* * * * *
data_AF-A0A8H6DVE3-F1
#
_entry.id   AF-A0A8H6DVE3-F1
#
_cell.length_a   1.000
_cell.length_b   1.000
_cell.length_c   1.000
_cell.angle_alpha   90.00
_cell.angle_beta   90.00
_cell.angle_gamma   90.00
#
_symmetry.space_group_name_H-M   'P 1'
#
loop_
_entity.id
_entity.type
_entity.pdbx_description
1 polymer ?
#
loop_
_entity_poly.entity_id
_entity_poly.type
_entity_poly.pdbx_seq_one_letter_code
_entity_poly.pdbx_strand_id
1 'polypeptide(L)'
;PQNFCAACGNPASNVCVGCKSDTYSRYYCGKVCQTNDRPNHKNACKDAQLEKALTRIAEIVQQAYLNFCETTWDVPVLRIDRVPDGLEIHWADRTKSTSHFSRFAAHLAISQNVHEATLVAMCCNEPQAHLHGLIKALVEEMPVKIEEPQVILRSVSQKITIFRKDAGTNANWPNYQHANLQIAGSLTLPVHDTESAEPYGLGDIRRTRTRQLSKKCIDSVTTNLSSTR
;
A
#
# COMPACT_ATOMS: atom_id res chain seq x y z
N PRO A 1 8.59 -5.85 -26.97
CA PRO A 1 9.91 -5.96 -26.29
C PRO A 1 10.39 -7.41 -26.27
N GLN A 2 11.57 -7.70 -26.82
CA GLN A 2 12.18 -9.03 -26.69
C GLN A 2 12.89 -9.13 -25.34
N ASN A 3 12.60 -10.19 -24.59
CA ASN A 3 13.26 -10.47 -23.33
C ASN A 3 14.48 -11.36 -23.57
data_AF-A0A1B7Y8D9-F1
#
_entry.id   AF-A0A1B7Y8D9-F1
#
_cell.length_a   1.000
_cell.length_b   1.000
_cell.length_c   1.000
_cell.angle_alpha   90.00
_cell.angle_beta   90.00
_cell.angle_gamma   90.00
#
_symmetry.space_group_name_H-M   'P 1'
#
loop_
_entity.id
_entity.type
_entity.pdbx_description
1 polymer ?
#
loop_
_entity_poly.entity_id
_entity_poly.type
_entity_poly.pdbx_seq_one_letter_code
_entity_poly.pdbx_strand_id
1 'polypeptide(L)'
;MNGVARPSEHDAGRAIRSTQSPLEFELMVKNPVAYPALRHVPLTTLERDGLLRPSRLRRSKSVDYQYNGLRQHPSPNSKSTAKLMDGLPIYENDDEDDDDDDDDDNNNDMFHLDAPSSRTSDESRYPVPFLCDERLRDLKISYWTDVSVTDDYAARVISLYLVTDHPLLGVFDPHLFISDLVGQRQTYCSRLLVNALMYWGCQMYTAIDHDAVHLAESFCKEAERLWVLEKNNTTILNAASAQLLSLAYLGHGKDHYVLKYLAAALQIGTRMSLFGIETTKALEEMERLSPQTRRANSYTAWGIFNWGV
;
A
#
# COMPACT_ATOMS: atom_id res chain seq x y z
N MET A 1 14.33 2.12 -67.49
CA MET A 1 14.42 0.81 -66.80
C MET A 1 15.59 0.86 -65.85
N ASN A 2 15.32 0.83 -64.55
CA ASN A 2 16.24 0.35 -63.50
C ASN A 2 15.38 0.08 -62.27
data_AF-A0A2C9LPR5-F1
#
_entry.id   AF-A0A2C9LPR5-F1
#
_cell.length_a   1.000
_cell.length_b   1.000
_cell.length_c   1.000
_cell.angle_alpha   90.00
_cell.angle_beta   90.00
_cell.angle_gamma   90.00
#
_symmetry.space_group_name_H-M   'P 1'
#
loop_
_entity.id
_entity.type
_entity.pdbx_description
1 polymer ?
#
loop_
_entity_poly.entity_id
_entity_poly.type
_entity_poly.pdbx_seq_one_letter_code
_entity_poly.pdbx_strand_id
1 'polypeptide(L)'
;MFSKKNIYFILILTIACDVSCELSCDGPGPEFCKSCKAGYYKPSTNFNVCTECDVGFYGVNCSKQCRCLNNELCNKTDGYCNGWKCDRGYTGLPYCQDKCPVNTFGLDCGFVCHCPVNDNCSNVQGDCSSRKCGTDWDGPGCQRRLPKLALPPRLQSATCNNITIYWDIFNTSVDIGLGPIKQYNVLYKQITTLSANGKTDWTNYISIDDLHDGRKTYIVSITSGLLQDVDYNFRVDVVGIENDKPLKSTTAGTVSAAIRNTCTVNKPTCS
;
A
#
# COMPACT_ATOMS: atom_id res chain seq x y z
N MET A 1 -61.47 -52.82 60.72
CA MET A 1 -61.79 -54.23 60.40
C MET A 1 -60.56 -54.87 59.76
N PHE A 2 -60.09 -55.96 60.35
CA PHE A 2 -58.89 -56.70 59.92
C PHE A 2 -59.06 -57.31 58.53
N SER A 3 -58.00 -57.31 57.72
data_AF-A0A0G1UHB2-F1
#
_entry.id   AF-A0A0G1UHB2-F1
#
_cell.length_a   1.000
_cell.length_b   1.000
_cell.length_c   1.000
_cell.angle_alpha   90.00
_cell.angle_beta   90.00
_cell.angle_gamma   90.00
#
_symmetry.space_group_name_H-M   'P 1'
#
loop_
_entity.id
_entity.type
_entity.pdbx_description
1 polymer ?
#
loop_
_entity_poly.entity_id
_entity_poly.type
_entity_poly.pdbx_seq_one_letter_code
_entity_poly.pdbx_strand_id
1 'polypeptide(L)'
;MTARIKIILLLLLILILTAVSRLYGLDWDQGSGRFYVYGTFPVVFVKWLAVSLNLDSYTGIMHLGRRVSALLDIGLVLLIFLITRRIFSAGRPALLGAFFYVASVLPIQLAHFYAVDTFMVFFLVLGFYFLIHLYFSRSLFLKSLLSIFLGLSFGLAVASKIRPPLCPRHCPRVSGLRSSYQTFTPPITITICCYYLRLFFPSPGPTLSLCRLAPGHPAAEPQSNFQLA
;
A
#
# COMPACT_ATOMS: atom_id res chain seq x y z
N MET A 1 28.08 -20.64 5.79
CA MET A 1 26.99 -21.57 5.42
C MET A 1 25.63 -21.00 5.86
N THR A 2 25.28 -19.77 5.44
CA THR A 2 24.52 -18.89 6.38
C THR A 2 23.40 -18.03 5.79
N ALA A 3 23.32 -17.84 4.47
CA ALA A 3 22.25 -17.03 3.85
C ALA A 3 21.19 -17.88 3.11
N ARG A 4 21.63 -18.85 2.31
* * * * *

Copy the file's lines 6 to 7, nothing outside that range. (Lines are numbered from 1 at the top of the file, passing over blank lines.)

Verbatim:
_cell.length_b   1.000
_cell.length_c   1.000